Blog archive - September 2011
Use the blog to discuss and comment on the latest industry insights provided by our analyst experts.
There's a lot of buzz today regarding the announcement of the Amazon Kindle Fire 7" tablet. So as a result, I thought I would discuss the few differences that jumped out at me: 1. The Amazon is a 7" tablet as opposed to the 10" iPad/iPad 2. My initial thought regarding the size is that despite the fact that there are several other tablets on the market that are 7" as well, 10" has so far proven to be the size that consumers are looking for in a tablet. Several questions come up in this area: Are 7" tablets too close to the size of today's smartphones? Is a 10" tablet simply the right size that consumers are looking for? Or, perhaps the biggest question - has there simply not been any 7" tablets with a large enough price gap from the 10" tablets to warrant buying them? Needless to say, with a $199 price point on a 7” tablet backed by the brand recognition of Amazon, we will likely start to find out the answers to all of these questions during the holiday season this year. 2. The Amazon Kindle Fire and most of the other non-Apple tablets run Android while the iPad/iPad 2 run iOS, and RIM’s PlayBook runs QNX. Although Apple still has the highest number of applications available for an operating system, Android is gaining ground on them. What that means to the consumer is that at the moment, pretty much any application that is being developed for an Apple tablet is also being developed for Android tablets – with the exception of some Apple & Google developed apps. So, assuming the device will be used for at least one to three years, applications shouldn’t be a problem. 3. Amazon has taken a different approach to storage – less on the device and more in the cloud. The Amazon tablet only comes with 8GB of internal storage, and NO expandable storage/external storage slots. Even though this may initially seem like a downgraded option since many consumers are used to getting 8GB or more of storage on their smartphones, much less a tablet where typically more video is used. However, the flip side is the unlimited cloud storage that comes with the tablet. Books, movies, music, and apps can all be downloaded to the device or streamed when WiFi is connected to a network. Therefore, the vast majority of storage on the device is no longer needed. Only time will tell if the market is ready for this approach, but cloud storage eliminates the consumer decision of “which device to buy – the 16GB, 32GB, 64GB?” 4. There is no front or back camera on the Kindle Fire tablet. In recent years, there’s been a lot of emphasis on front and back cameras alike. Both smartphones and tablets have continued to increase the megapixels of the cameras, enable higher definition video recording, etc. On smartphones, I would argue that the camera is a very important and desirable feature to consumers as they have essentially replaced cameras in the daily use scenario. It’s simply easier to use your phone – which most people rarely leave anywhere without – to snap off a good picture in the moment of living your life. That being said, although I’m sure there are pictures taken with tablets, the majority of marketing and use of cameras on tablets has to do with video conferencing and applications (i.e. virtualization, social networking apps, etc.). 5. Amazon’s tablet has no Bluetooth, no HDMI output, and no GPS. I highly doubt the lack of Bluetooth will factor vary heavily into a purchasing decision regarding a tablet. Much like the camera argument, smartphones have a very specific need for Bluetooth since many people use Bluetooth headsets throughout the day while talking on their phones. Although HDMI is being offered (typically through a mini HDMI cable) as a feature on many tablets, in my opinion, the market really isn’t ready for it yet. Many consumers are still adopting the Netflix streaming through Bluray DVD players and internet capable TV’s. The promise with tablets is the ability to plug the tablet into any TV via HDMI and be able to stream movies through the tablet to the big screen. But, most consumers just aren’t there yet. GPS is the one feature that I believe Amazon may be missing in their tablet. Currently there are thousands of apps that use location as a way to enrich the user experience. Shopping apps allow you to immediately identify or search local stores for locations or inventory at the click of a button, while navigation and social networking apps allow the user to gain directions or find their friends through the convenience of GPS and Geo-tags. While I don’t believe the lack of GPS will hurt sales too badly, I would expect to see GPS integrated in the next version of the Kindle Fire when it comes out. Overall, the Amazon Fire tablet has access to the 2nd largest app store in the market, provides cloud storage platform and capabilities which simplify the setup and use for its users, and hits a price point of $199 which is well below the competition. Simply put, this tablet is designed to open the tablet market up to all consumers – not just the Apple ‘cult’ and Android ‘techies’. I would say that Amazon has definitely thought ‘outside the box’ and will likely see the results of their efforts through the holiday season of 2011 and all of 2012. Attached is a chart from PCWorld which compares the differences in features of various tablets.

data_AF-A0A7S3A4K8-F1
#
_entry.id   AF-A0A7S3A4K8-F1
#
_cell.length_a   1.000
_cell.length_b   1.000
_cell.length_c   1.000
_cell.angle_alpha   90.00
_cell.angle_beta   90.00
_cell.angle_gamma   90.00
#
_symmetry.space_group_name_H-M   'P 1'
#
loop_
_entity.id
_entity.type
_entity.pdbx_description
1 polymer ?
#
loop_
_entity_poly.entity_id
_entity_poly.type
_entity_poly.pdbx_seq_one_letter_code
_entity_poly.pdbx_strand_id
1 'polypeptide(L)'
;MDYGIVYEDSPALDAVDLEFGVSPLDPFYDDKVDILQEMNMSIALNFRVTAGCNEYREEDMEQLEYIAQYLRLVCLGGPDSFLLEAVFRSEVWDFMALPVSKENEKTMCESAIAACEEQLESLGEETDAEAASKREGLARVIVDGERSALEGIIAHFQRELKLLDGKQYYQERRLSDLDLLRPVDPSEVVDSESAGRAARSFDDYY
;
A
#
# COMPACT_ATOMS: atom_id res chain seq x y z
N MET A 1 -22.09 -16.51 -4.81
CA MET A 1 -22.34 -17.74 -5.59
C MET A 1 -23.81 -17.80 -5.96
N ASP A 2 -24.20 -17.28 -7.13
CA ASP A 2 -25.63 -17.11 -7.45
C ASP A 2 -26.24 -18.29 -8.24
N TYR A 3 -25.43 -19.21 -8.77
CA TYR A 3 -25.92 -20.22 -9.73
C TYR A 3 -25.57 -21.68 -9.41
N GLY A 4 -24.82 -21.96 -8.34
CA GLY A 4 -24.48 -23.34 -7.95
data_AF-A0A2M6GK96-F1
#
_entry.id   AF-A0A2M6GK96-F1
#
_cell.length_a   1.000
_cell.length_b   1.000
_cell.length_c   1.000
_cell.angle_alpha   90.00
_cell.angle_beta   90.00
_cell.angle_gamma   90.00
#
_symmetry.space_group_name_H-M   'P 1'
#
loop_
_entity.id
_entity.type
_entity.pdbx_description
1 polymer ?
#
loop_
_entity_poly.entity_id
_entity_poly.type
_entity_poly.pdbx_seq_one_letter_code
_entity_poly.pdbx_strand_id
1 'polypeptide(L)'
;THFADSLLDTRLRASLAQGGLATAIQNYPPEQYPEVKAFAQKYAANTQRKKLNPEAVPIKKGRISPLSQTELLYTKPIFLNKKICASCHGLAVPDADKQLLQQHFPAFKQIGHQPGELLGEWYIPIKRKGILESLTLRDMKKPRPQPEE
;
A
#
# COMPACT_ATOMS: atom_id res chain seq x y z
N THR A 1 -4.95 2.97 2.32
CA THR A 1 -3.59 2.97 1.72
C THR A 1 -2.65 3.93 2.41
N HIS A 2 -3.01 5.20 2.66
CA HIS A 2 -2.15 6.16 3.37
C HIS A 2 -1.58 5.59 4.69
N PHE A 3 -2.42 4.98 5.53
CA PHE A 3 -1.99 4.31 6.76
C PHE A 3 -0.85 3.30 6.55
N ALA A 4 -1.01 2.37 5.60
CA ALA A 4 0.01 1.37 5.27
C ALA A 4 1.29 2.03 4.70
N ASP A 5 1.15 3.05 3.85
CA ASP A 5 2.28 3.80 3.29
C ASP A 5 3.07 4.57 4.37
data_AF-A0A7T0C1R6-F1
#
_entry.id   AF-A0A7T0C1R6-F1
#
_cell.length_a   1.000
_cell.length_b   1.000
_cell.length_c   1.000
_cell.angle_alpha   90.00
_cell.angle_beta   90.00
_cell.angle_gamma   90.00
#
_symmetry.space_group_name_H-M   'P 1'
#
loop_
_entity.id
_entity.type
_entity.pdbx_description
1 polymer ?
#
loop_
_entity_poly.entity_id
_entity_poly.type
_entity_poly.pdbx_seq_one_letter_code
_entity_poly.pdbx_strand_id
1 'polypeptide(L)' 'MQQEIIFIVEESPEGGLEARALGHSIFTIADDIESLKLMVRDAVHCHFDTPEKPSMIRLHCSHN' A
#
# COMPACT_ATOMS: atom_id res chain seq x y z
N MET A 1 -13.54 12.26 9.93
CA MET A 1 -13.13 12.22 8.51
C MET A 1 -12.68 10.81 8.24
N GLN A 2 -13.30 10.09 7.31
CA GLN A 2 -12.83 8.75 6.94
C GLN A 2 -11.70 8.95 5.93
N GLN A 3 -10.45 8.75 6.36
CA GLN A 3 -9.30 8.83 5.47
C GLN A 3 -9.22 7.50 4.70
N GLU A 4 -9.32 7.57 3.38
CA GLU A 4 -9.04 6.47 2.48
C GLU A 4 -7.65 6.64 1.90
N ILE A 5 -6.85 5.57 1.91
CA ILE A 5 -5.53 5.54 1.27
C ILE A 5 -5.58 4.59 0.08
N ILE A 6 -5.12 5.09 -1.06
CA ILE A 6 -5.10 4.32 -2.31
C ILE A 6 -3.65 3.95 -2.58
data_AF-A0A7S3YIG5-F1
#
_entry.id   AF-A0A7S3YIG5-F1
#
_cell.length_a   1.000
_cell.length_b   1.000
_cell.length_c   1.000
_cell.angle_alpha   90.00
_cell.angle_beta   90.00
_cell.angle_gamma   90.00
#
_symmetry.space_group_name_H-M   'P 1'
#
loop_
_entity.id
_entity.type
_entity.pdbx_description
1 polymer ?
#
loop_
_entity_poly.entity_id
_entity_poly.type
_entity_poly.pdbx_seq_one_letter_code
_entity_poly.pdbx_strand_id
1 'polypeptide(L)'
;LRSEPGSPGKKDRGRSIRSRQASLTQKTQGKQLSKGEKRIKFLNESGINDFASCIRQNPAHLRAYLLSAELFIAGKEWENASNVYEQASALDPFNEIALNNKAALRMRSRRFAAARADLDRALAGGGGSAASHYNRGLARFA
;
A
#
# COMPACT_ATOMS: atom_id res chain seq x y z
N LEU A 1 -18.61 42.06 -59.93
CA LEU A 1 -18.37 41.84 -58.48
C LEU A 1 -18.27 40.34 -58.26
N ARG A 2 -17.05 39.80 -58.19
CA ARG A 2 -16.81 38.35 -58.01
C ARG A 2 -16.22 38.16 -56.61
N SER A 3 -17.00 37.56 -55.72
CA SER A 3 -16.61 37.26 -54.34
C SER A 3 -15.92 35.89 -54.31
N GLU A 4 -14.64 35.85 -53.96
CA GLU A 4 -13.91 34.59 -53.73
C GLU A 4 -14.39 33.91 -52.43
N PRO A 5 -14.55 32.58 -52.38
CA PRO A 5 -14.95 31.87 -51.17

The implementation of a new regulatory framework for the telecommunications industry in 1997 and the subsequent privatization of Telebrás (a holding of state-owned telecom companies) brought unquestionable benefits to Brazilian society. It began a cycle of investment in telecommunications infrastructure, fixed and mobile, which induced an increase of productivity in all sectors of the economy. As a result of investments, the number of connections reached 274.1 million in 2010, according to the study Brazil Total Telecommunications Services Markets, 2011 of Frost & Sullivan. In order to gain scale and provide different services, we have seen between July 1998 and August 2011 the consolidation of dozens of providers of telecommunications services, resulting in market dominance articulated by six major groups: America Móvil (Embratel, Claro and Net), Telefónica, Oi, TIM, GVT and Sky. Currently, these six groups, as a result of the regulation, require multiple licenses in order to provide each service offering; in addition, they are required to maintain different company registers for fiscal purposes, often incurring tax and operational inefficiencies, as well as keeping partnerships with other companies due to foreign ownership restrictions. In order to step into service bundles for the residential market and complete solutions for the corporate market, simple tasks such as the unification of an invoice for all services to the consumer, become complex. With the approval of a new legislation for pay TV services, eliminating some regulatory hurdles, and the implementation of a plan for the expansion of broadband, Brazil takes important steps for the beginning of a new wave of investment by service providers, which is likely to accelerate the phenomenon of convergence of services and increase the penetration of telecommunications services in homes and businesses in Brazil. However, the challenges to service providers are relevant. First, it will be necessary to update IT systems, including OSS / BSS, to support multi-service strategies. The importance of IT infrastructure to enable the offerings will grow. And the best provider that can customize services to the needs of each consumer will have competitive advantages. Second, the providers will be challenged to develop pricing models and bundling strategies that are profitable over time. This especially applies to the pricing of broadband plans, especially those of new generation (FTTx, HFC, LTE), given that all the services are being deployed over IP. The protection of the traditional business of the company should be accompanied by an appropriate pricing of broadband. Going forward, in the case of mergers and acquisitions, the challenge will be to manage the clash of cultures and the differences in the incentives structure between firms. Vivo and Telefónica are already facing this challenge, and Embratel, Net and Claro will have to face it, should they be integrated. Another relevant point is the redesign of customer-facing processes, including billing, installation and customer support, to support bundled offerings. If the offer is integrated, the customer support must also be. The management of quality indicators will also be important during the integration, so as not to affect the reputation of providers. Finally, for companies that do not offer all services such as GVT, TIM and Sky, there will be the challenge of launching a service, or to complete the offering of multiple services through partnerships or resale of services. While companies are somewhat resistant to partnerships, due to the limited offering flexibility and interests of each party involved, the possibility of resale of fixed and mobile services (MVNO and unbundling) opens, in order to ensure competition in packages. It is expected that with convergence the Brazilians can have access to more services with higher quality and lower prices, and that providers can obtain return on investment, creating a virtuous circle. The Government has an important role in mediating this relationship, ensuring stability for investment and stimulating consumption. Thus telecommunications services, now with broadband, may continue to be a vector of productivity increase for the country. By Renato Pasquini, article published in TeleSemana on September 11, 2011 (http://www.telesemana.com/futurecom2011/2011/09/11/desafios-para-a-convergencia-de-servicos-de-telecomunicacoes-no-brasil/)